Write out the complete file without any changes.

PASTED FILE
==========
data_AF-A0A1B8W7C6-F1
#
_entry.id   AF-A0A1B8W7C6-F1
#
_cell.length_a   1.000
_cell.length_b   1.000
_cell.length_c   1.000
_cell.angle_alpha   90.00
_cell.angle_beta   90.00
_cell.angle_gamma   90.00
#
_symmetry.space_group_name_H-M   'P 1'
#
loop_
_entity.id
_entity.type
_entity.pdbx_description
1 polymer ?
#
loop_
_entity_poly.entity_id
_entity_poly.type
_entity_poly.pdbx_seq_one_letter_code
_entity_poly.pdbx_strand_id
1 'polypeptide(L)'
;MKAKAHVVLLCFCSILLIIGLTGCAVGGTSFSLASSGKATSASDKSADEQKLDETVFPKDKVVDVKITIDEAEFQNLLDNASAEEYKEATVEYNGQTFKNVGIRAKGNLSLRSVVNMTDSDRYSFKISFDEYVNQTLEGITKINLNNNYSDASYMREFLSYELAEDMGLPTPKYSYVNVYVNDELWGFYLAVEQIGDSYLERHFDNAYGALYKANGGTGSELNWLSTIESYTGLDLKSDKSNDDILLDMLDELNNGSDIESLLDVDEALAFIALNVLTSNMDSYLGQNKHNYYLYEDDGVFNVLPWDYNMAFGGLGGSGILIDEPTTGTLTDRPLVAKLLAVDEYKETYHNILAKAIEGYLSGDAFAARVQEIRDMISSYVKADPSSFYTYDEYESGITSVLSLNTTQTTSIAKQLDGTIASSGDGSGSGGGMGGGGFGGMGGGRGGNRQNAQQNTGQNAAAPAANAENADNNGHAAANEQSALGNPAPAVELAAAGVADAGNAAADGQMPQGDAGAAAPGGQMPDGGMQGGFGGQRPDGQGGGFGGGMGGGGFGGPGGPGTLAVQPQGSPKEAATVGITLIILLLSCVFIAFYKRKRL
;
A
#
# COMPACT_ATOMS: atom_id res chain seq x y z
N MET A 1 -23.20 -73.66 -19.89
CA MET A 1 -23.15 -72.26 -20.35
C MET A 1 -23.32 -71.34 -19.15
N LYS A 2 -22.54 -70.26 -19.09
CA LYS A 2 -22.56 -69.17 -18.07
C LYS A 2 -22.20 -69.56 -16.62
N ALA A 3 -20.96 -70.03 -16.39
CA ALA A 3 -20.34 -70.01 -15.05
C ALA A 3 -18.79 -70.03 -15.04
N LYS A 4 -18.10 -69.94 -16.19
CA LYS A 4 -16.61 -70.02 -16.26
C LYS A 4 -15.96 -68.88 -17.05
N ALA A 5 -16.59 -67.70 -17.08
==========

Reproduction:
data_AF-A0A1B8W7C6-F1
#
_entry.id   AF-A0A1B8W7C6-F1
#
_cell.length_a   1.000
_cell.length_b   1.000
_cell.length_c   1.000
_cell.angle_alpha   90.00
_cell.angle_beta   90.00
_cell.angle_gamma   90.00
#
_symmetry.space_group_name_H-M   'P 1'
#
loop_
_entity.id
_entity.type
_entity.pdbx_description
1 polymer ?
#
loop_
_entity_poly.entity_id
_entity_poly.type
_entity_poly.pdbx_seq_one_letter_code
_entity_poly.pdbx_strand_id
1 'polypeptide(L)'
;MKAKAHVVLLCFCSILLIIGLTGCAVGGTSFSLASSGKATSASDKSADEQKLDETVFPKDKVVDVKITIDEAEFQNLLDNASAEEYKEATVEYNGQTFKNVGIRAKGNLSLRSVVNMTDSDRYSFKISFDEYVNQTLEGITKINLNNNYSDASYMREFLSYELAEDMGLPTPKYSYVNVYVNDELWGFYLAVEQIGDSYLERHFDNAYGALYKANGGTGSELNWLSTIESYTGLDLKSDKSNDDILLDMLDELNNGSDIESLLDVDEALAFIALNVLTSNMDSYLGQNKHNYYLYEDDGVFNVLPWDYNMAFGGLGGSGILIDEPTTGTLTDRPLVAKLLAVDEYKETYHNILAKAIEGYLSGDAFAARVQEIRDMISSYVKADPSSFYTYDEYESGITSVLSLNTTQTTSIAKQLDGTIASSGDGSGSGGGMGGGGFGGMGGGRGGNRQNAQQNTGQNAAAPAANAENADNNGHAAANEQSALGNPAPAVELAAAGVADAGNAAADGQMPQGDAGAAAPGGQMPDGGMQGGFGGQRPDGQGGGFGGGMGGGGFGGPGGPGTLAVQPQGSPKEAATVGITLIILLLSCVFIAFYKRKRL
;
A
#
# COMPACT_ATOMS: atom_id res chain seq x y z
N MET A 1 -23.20 -73.66 -19.89
CA MET A 1 -23.15 -72.26 -20.35
C MET A 1 -23.32 -71.34 -19.15
N LYS A 2 -22.54 -70.26 -19.09
CA LYS A 2 -22.56 -69.17 -18.07
C LYS A 2 -22.20 -69.56 -16.62
N ALA A 3 -20.96 -70.03 -16.39
CA ALA A 3 -20.34 -70.01 -15.05
C ALA A 3 -18.79 -70.03 -15.04
N LYS A 4 -18.10 -69.94 -16.19
CA LYS A 4 -16.61 -70.02 -16.26
C LYS A 4 -15.96 -68.88 -17.05
N ALA A 5 -16.59 -67.70 -17.08